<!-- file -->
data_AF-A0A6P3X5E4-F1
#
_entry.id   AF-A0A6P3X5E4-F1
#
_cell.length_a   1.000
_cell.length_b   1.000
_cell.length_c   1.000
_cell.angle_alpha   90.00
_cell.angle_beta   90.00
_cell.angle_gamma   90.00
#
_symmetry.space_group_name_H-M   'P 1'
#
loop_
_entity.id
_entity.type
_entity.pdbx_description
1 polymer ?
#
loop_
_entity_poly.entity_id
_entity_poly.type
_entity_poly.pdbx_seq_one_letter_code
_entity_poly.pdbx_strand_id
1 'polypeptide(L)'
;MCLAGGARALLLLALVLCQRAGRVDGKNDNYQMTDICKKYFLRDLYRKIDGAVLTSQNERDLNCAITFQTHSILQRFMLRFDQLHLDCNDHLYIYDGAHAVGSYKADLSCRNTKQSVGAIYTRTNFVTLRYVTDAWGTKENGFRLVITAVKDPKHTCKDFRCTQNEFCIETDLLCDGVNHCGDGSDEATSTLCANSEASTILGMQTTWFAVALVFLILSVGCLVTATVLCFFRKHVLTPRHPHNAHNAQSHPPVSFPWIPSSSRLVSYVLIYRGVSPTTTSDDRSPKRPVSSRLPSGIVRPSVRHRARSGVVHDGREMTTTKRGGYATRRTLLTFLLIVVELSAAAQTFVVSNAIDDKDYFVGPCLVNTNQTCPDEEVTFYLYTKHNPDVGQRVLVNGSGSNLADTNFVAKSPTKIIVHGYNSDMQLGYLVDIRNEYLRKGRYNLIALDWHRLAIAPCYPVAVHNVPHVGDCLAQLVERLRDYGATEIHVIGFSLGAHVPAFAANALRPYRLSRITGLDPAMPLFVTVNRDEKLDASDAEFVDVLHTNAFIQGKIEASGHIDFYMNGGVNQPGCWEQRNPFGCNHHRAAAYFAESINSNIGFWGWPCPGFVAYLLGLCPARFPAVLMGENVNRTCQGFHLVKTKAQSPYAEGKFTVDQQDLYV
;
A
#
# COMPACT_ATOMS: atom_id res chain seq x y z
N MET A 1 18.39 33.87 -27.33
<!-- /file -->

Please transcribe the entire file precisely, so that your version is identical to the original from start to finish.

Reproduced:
data_AF-A0A6P3X5E4-F1
#
_entry.id   AF-A0A6P3X5E4-F1
#
_cell.length_a   1.000
_cell.length_b   1.000
_cell.length_c   1.000
_cell.angle_alpha   90.00
_cell.angle_beta   90.00
_cell.angle_gamma   90.00
#
_symmetry.space_group_name_H-M   'P 1'
#
loop_
_entity.id
_entity.type
_entity.pdbx_description
1 polymer ?
#
loop_
_entity_poly.entity_id
_entity_poly.type
_entity_poly.pdbx_seq_one_letter_code
_entity_poly.pdbx_strand_id
1 'polypeptide(L)'
;MCLAGGARALLLLALVLCQRAGRVDGKNDNYQMTDICKKYFLRDLYRKIDGAVLTSQNERDLNCAITFQTHSILQRFMLRFDQLHLDCNDHLYIYDGAHAVGSYKADLSCRNTKQSVGAIYTRTNFVTLRYVTDAWGTKENGFRLVITAVKDPKHTCKDFRCTQNEFCIETDLLCDGVNHCGDGSDEATSTLCANSEASTILGMQTTWFAVALVFLILSVGCLVTATVLCFFRKHVLTPRHPHNAHNAQSHPPVSFPWIPSSSRLVSYVLIYRGVSPTTTSDDRSPKRPVSSRLPSGIVRPSVRHRARSGVVHDGREMTTTKRGGYATRRTLLTFLLIVVELSAAAQTFVVSNAIDDKDYFVGPCLVNTNQTCPDEEVTFYLYTKHNPDVGQRVLVNGSGSNLADTNFVAKSPTKIIVHGYNSDMQLGYLVDIRNEYLRKGRYNLIALDWHRLAIAPCYPVAVHNVPHVGDCLAQLVERLRDYGATEIHVIGFSLGAHVPAFAANALRPYRLSRITGLDPAMPLFVTVNRDEKLDASDAEFVDVLHTNAFIQGKIEASGHIDFYMNGGVNQPGCWEQRNPFGCNHHRAAAYFAESINSNIGFWGWPCPGFVAYLLGLCPARFPAVLMGENVNRTCQGFHLVKTKAQSPYAEGKFTVDQQDLYV
;
A
#
# COMPACT_ATOMS: atom_id res chain seq x y z
N MET A 1 18.39 33.87 -27.33